A look at 30 entrepreneurs who built successful businesses that were also driven by a social mission. Because, let's face it: There's more to life than simply making lots of money.
Clif Bar's Gary Erickson
Lifesaver Davin Wedel launches Global Protection in 1988 to fight AIDS -- by making brightly colored condoms so cheerfully packaged that everyone would use them.
Bootstrapper Nick Gleason, founder of CitySoft, in Watertown, Massachusetts, battles inner-city poverty by recruiting from inner-city neighborhoods.
Think big In 1993, eco-friendly means niche. But Aaron Lamstein, CEO of the pet-products company WorldWise, gets his products on mass-market shelves, encouraging more consumers to go green.
It's on us Since 1989, Tom's of Maine has urged employees to spend 5 percent of their time volunteering.
Going upscale In 1998, Estuardo Porras retools his family's coffee plantation; providing fair wages and benefits helps land a deal with Starbucks.
(Not so) dirty diapers Jason and Kimberley Graham-Nye spot a new biodegradable diaper, snap up the rights, rename it gDiaper, and take on their landfill-clogging rivals.
Not just hot air In 2007, Enterprise Rent-A-Car CEO Andy Taylor begins offering renters carbon offsets -- for $1.25 extra.
Respect your elders Senior Whole Health cuts costs without sacrificing care, keeping elderly patients healthy -- and out of nursing homes.
Battle tested Randy Slager, founder of Catapult Technology, suffered a severe spinal cord injury while serving in the military. So, in 1998, he successfully lobbies for disabled vets to be added to the SBA's funding program for disadvantaged businesses.
Wanted: Captain Planet Clif Bar CEO Gary Erikson hires a full-time ecologist to reduce his business's carbon footprint.
Do it yourself Frustrated with b-schools' focus on shareholder returns, Gifford Pinchot founds the Bainbridge Graduate Institute in 2002 to offer socially responsible M.B.A.'s.
Mr. Mulch Burlington, Vermont -- based Gardeners' Supply collects and composts the city's leaves, grass clippings, and food scraps and gives the resulting mulch to farmers.
Return policy With its first catalog in 1984, Hanna Andersson offers a 20 percent discount to customers who send back a piece of used kid's clothing.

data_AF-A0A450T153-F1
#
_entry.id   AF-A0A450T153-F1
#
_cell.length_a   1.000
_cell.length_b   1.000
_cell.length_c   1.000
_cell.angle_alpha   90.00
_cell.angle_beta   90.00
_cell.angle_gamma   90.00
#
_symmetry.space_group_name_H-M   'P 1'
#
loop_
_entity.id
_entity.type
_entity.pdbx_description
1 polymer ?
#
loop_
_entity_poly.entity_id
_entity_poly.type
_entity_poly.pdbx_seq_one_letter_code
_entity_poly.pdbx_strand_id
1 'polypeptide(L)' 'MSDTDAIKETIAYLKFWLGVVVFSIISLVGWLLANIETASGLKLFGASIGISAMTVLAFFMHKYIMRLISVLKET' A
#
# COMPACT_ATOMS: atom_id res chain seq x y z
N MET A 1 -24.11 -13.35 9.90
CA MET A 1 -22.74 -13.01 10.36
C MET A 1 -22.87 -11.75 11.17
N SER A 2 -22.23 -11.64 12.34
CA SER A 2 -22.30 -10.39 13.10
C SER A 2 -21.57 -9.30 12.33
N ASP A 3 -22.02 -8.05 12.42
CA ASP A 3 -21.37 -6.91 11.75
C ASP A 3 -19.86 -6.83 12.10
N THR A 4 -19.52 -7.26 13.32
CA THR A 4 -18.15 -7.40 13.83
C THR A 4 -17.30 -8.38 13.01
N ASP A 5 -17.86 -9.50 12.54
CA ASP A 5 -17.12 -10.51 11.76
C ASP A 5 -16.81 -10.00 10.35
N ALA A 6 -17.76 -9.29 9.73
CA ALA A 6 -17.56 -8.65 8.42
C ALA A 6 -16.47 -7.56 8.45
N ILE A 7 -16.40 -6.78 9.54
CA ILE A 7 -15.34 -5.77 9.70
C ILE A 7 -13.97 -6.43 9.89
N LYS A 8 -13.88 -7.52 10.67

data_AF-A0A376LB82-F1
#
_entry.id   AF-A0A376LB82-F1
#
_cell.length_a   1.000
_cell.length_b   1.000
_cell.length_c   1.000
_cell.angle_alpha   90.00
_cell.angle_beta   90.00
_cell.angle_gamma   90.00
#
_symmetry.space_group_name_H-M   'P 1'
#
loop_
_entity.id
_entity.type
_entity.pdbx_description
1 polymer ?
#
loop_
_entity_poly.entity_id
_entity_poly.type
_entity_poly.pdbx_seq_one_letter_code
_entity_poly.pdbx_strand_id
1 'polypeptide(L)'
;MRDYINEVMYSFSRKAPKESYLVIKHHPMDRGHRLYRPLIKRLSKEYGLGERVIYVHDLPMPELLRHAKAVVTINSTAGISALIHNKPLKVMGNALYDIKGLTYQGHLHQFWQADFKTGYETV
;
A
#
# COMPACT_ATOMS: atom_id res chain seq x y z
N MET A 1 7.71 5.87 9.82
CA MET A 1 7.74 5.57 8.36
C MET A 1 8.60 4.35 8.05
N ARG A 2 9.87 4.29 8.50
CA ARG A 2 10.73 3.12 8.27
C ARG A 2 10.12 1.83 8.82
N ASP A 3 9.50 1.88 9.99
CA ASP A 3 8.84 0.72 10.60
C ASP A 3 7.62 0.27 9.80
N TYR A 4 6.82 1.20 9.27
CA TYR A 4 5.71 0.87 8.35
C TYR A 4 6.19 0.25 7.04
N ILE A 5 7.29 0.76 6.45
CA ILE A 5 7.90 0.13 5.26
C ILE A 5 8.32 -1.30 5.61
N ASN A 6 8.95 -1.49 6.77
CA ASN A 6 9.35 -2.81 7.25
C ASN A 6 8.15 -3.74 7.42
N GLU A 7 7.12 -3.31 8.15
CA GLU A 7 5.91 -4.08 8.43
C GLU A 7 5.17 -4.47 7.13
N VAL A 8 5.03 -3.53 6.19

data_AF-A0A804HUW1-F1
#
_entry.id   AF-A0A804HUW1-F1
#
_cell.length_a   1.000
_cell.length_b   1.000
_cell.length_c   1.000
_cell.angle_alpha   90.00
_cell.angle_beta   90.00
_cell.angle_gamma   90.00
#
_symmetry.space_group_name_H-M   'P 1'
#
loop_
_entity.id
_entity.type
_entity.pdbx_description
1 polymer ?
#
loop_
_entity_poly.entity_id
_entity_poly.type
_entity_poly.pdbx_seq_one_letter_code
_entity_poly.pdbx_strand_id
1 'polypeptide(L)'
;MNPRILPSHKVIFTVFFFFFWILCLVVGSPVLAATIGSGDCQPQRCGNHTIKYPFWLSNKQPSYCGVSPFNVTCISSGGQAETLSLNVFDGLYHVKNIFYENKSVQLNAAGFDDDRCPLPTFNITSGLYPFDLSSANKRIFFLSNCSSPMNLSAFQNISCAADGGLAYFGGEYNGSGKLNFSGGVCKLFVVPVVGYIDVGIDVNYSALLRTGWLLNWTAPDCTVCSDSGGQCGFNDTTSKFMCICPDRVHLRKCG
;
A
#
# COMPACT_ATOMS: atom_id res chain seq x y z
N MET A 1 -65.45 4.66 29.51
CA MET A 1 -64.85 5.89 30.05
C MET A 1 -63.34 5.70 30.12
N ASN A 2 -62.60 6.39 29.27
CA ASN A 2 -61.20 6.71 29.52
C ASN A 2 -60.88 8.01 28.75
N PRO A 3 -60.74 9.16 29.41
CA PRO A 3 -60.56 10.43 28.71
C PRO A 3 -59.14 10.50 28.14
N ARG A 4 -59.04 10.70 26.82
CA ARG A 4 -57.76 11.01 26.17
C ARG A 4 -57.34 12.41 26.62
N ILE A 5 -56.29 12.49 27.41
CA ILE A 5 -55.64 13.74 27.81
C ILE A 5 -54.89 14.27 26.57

Take a chance In 1991, Just Desserts CEO Elliot Hoffman turns a corner of his bakery's backyard into a garden staffed by ex-cons; he later hires several as full-time bakers.
People, get ready David Cline, president of Balboa Instruments, launches a mentoring program to prepare at-risk kids for the working world.
Give it away When Charlie Crystle founds Mission Research in 2001, he donates a 20 percent stake to charity.
Helping hand Global crafts dealer Priya Haji gives 10 percent of profits to suppliers' communities, which have invested in clean water projects and computer labs.
Bottom line The nonprofit Greyston Foundation's mission is to create jobs for ex-cons and the homeless. Taking the reins in 1994, Charles G. Lief hits on a new solution: Start for-profit businesses.
Pass the plate Investors for socially conscious companies are hard to come by. So David Berge launches Underdog Ventures to seed the new crop of do-gooders.
Healthful alternatives After two decades in business, Seventh Generation has a simple message: Chemical-free products are better for the world.
Mom-in-chief Fran Rodgers starts a consulting firm, Work/Family Directions, to teach businesses how to manage employees' family needs.
Adopt-A-School Since 1999, John Wheeler, CEO of Rockford Construction, has ensured the kids at Henry Paideia Academy, a school in a tough part of Grand Rapids, Michigan, want for nothing.
The pen is mightier Office-products company Give Something Back donates more than half its profits to charity.
Focus After a 2001 visit to the Indonesian island of Sumba, Sean Downs, CEO of Enclarity, starts a foundation devoted to health care and humanitarian aid for the islanders.
Line of duty Linda Marroquin, CEO of FrogPad, donates her company's one-handed keyboards to soldiers wounded in Iraq and Afghanistan.
Class act Actor Paul Newman doesn't need the money when he starts selling salad dressings in 1982. So he donates 100 percent of his after-tax profits.
All together, now In 1997, investor Gib Myers hits on a Silicon Valley solution to funding nonprofits: Local start-ups donate pre-IPO stock.
Thanks! In the '70s, Mel Zuckerman taps University of Arizona experts to help start Canyon Ranch. In 2000, he endows the school's College of Public Health.
Trailblazers Until coffeemaker Equal Exchange comes along in 1986, few have heard of fair trade.
Vision It's big business now,but alternative energy is just a do-it-yourself project when David Katz founds AEE Solar in 1979.